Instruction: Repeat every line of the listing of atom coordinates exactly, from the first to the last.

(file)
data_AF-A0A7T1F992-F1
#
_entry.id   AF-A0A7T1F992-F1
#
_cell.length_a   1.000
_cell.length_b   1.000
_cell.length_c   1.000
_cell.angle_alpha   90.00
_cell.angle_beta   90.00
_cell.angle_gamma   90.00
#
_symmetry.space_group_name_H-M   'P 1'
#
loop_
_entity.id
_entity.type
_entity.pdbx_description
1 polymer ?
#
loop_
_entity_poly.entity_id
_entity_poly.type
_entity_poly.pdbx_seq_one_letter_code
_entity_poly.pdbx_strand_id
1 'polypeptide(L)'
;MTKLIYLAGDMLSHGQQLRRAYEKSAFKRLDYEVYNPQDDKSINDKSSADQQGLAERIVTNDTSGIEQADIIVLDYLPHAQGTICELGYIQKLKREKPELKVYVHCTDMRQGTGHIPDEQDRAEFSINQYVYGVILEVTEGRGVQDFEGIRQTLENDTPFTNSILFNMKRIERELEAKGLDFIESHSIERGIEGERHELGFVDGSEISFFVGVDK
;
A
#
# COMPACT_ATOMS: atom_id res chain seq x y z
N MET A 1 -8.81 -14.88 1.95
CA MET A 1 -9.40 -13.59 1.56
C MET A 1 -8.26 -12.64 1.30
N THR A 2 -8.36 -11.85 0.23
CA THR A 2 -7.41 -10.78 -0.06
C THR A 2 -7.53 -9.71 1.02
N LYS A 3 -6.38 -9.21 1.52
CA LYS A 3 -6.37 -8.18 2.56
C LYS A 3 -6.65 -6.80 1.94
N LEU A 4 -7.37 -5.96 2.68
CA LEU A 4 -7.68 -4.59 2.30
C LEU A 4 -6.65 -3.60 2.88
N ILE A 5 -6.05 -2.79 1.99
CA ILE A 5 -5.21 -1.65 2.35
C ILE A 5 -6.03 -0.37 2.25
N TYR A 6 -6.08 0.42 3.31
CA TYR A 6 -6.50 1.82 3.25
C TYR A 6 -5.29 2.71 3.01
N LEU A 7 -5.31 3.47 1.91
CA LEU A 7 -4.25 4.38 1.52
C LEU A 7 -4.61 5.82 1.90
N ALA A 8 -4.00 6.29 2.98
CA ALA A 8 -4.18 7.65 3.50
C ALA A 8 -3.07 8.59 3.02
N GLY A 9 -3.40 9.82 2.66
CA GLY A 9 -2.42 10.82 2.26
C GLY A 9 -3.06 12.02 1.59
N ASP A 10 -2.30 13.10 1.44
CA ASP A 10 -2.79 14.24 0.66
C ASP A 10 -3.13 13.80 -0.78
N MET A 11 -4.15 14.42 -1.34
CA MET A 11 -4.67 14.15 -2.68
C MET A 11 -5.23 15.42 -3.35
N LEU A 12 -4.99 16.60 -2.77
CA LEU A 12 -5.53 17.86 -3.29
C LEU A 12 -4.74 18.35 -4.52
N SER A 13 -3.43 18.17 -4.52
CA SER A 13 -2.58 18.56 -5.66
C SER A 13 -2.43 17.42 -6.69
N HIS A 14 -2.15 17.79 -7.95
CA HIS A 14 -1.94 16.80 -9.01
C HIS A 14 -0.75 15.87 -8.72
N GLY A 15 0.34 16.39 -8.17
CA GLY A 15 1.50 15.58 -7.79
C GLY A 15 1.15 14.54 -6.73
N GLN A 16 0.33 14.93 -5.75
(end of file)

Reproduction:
data_AF-A0A7T1F992-F1
#
_entry.id   AF-A0A7T1F992-F1
#
_cell.length_a   1.000
_cell.length_b   1.000
_cell.length_c   1.000
_cell.angle_alpha   90.00
_cell.angle_beta   90.00
_cell.angle_gamma   90.00
#
_symmetry.space_group_name_H-M   'P 1'
#
loop_
_entity.id
_entity.type
_entity.pdbx_description
1 polymer ?
#
loop_
_entity_poly.entity_id
_entity_poly.type
_entity_poly.pdbx_seq_one_letter_code
_entity_poly.pdbx_strand_id
1 'polypeptide(L)'
;MTKLIYLAGDMLSHGQQLRRAYEKSAFKRLDYEVYNPQDDKSINDKSSADQQGLAERIVTNDTSGIEQADIIVLDYLPHAQGTICELGYIQKLKREKPELKVYVHCTDMRQGTGHIPDEQDRAEFSINQYVYGVILEVTEGRGVQDFEGIRQTLENDTPFTNSILFNMKRIERELEAKGLDFIESHSIERGIEGERHELGFVDGSEISFFVGVDK
;
A
#
# COMPACT_ATOMS: atom_id res chain seq x y z
N MET A 1 -8.81 -14.88 1.95
CA MET A 1 -9.40 -13.59 1.56
C MET A 1 -8.26 -12.64 1.30
N THR A 2 -8.36 -11.85 0.23
CA THR A 2 -7.41 -10.78 -0.06
C THR A 2 -7.53 -9.71 1.02
N LYS A 3 -6.38 -9.21 1.52
CA LYS A 3 -6.37 -8.18 2.56
C LYS A 3 -6.65 -6.80 1.94
N LEU A 4 -7.37 -5.96 2.68
CA LEU A 4 -7.68 -4.59 2.30
C LEU A 4 -6.65 -3.60 2.88
N ILE A 5 -6.05 -2.79 1.99
CA ILE A 5 -5.21 -1.65 2.35
C ILE A 5 -6.03 -0.37 2.25
N TYR A 6 -6.08 0.42 3.31
CA TYR A 6 -6.50 1.82 3.25
C TYR A 6 -5.29 2.71 3.01
N LEU A 7 -5.31 3.47 1.91
CA LEU A 7 -4.25 4.38 1.52
C LEU A 7 -4.61 5.82 1.90
N ALA A 8 -4.00 6.29 2.98
CA ALA A 8 -4.18 7.65 3.50
C ALA A 8 -3.07 8.59 3.02
N GLY A 9 -3.40 9.82 2.66
CA GLY A 9 -2.42 10.82 2.26
C GLY A 9 -3.06 12.02 1.59
N ASP A 10 -2.30 13.10 1.44
CA ASP A 10 -2.79 14.24 0.66
C ASP A 10 -3.13 13.80 -0.78
N MET A 11 -4.15 14.42 -1.34
CA MET A 11 -4.67 14.15 -2.68
C MET A 11 -5.23 15.42 -3.35
N LEU A 12 -4.99 16.60 -2.77
CA LEU A 12 -5.53 17.86 -3.29
C LEU A 12 -4.74 18.35 -4.52
N SER A 13 -3.43 18.17 -4.52
CA SER A 13 -2.58 18.56 -5.66
C SER A 13 -2.43 17.42 -6.69
N HIS A 14 -2.15 17.79 -7.95
CA HIS A 14 -1.94 16.80 -9.01
C HIS A 14 -0.75 15.87 -8.72
N GLY A 15 0.34 16.39 -8.17
CA GLY A 15 1.50 15.58 -7.79
C GLY A 15 1.15 14.54 -6.73
N GLN A 16 0.33 14.93 -5.75